Proportional Changes in Cognitive Subdomains During Normal Brain Aging

Yauhen Statsenko, Tetiana Habuza, Klaus Neidl Van Gorkom, Nazar Zaki, Taleb M. Almansoori, Fatmah Al Zahmi, Milos R. Ljubisavljevic, Maroua Belghali

Research output: Contribution to journalArticlepeer-review

4 Citations (Scopus)

Abstract

Background: Neuroscience lacks a reliable method of screening the early stages of dementia. Objective: To improve the diagnostics of age-related cognitive functions by developing insight into the proportionality of age-related changes in cognitive subdomains. Materials and Methods: We composed a battery of psychophysiological tests and collected an open-access psychophysiological outcomes of brain atrophy (POBA) dataset by testing individuals without dementia. To extend the utility of machine learning (ML) classification in cognitive studies, we proposed estimates of the disproportional changes in cognitive functions: an index of simple reaction time to decision-making time (ISD), ISD with the accuracy performance (ISDA), and an index of performance in simple and complex visual-motor reaction with account for accuracy (ISCA). Studying the distribution of the values of the indices over age allowed us to verify whether diverse cognitive functions decline equally throughout life or there is a divergence in age-related cognitive changes. Results: Unsupervised ML clustering shows that the optimal number of homogeneous age groups is four. The sample is segregated into the following age-groups: Adolescents ∈ [0, 20), Young adults ∈ [20, 40), Midlife adults ∈ [40, 60) and Older adults ≥60 year of age. For ISD, ISDA, and ISCA values, only the median of the Adolescents group is different from that of the other three age-groups sharing a similar distribution pattern (p > 0.01). After neurodevelopment and maturation, the indices preserve almost constant values with a slight trend toward functional decline. The reaction to a moving object (RMO) test results (RMO_mean) follow another tendency. The Midlife adults group's median significantly differs from the remaining three age subsamples (p < 0.01). No general trend in age-related changes of this dependent variable is observed. For all the data (ISD, ISDA, ISCA, and RMO_mean), Levene's test reveals no significant changes of the variances in age-groups (p > 0.05). Homoscedasticity also supports our assumption about a linear dependency between the observed features and age. Conclusion: In healthy brain aging, there are proportional age-related changes in the time estimates of information processing speed and inhibitory control in task switching. Future studies should test patients with dementia to determine whether the changes of the aforementioned indicators follow different patterns.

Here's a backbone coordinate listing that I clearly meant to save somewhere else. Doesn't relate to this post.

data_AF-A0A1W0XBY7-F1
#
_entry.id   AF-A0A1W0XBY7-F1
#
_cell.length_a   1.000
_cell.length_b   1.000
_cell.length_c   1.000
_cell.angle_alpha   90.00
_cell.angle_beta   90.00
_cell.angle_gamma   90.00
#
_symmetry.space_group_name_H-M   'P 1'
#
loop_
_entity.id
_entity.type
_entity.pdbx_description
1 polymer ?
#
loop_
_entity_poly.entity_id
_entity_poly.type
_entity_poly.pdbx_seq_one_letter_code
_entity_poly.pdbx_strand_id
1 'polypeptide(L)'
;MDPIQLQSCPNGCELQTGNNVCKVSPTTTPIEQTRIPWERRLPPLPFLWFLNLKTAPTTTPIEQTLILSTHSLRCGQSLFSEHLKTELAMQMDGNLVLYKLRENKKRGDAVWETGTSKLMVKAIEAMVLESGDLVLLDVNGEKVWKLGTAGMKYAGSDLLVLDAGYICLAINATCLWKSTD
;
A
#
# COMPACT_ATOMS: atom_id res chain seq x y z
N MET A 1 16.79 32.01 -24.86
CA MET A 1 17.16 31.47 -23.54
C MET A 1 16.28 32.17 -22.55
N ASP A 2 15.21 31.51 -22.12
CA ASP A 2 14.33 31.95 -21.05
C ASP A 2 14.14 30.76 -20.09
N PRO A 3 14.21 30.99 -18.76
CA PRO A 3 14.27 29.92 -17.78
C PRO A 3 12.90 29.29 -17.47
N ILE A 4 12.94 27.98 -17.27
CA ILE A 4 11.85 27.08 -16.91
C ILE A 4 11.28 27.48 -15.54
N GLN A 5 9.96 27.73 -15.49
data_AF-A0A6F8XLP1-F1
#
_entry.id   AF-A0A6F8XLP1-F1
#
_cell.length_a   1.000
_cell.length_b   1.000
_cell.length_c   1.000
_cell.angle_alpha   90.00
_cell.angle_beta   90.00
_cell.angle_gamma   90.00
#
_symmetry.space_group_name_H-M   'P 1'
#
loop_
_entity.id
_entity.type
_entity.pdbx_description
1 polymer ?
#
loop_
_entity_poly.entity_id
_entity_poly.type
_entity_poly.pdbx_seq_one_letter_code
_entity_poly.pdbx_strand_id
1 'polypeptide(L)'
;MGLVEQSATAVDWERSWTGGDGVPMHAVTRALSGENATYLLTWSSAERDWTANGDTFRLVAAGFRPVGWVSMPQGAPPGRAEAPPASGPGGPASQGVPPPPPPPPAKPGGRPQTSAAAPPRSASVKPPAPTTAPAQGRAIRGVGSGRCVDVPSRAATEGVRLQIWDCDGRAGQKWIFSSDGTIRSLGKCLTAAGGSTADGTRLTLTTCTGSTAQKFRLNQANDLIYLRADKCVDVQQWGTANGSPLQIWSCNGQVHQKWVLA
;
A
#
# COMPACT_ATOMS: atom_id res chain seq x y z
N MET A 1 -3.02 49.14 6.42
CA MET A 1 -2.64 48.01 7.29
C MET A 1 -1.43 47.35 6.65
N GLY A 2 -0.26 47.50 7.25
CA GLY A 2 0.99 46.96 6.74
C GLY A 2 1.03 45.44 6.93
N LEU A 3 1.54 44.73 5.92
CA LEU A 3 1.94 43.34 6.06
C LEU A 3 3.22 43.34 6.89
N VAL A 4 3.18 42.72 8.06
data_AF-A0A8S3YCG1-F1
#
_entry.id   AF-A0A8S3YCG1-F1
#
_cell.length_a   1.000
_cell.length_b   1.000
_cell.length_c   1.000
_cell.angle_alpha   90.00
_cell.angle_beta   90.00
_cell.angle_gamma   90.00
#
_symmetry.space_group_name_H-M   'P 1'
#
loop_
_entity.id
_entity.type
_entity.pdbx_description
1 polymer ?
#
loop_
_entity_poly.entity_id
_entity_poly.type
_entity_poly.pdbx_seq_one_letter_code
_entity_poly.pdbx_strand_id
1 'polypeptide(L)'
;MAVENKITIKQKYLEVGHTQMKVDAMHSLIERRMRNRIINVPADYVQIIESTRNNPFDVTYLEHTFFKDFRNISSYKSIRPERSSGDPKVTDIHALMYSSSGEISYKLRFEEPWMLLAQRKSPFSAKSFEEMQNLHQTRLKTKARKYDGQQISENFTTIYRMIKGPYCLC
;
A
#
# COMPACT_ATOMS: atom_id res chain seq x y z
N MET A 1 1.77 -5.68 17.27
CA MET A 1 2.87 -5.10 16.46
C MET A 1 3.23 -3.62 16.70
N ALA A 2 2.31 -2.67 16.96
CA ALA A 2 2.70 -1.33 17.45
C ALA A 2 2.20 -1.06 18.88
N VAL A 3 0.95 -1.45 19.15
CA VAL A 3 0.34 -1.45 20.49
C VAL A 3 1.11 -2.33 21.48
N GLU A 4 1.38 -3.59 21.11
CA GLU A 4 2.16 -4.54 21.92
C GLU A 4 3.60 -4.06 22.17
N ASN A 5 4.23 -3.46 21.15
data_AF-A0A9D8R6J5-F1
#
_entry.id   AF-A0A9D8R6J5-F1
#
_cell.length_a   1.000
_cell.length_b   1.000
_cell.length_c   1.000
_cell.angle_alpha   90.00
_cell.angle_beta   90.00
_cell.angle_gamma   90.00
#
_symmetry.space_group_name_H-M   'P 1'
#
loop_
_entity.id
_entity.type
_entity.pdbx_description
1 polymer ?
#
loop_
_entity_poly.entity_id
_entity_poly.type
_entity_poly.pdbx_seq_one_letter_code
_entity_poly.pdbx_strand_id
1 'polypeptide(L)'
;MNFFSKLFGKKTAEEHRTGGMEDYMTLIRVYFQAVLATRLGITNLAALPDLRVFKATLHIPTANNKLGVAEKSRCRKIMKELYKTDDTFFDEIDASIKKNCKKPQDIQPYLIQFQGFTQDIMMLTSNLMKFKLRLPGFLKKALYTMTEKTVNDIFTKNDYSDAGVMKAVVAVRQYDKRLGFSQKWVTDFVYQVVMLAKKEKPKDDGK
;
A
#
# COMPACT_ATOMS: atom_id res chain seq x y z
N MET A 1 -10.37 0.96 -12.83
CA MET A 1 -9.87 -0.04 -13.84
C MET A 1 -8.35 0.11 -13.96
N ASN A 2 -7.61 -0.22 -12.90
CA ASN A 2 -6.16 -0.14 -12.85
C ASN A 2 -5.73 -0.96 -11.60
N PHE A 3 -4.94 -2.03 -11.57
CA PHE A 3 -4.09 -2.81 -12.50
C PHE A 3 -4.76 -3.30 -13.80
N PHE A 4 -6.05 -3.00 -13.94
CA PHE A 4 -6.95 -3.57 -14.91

Original languageEnglish
Article number673469
JournalFrontiers in Aging Neuroscience
Volume13
DOIs
Publication statusPublished - Nov 15 2021

Keywords

  • aging
  • clinical psychology
  • cognitive decline
  • cognitive domains
  • machine learning
  • neurodegeneration
  • proportionality
  • psychophysiological test

ASJC Scopus subject areas

  • Ageing
  • Cognitive Neuroscience

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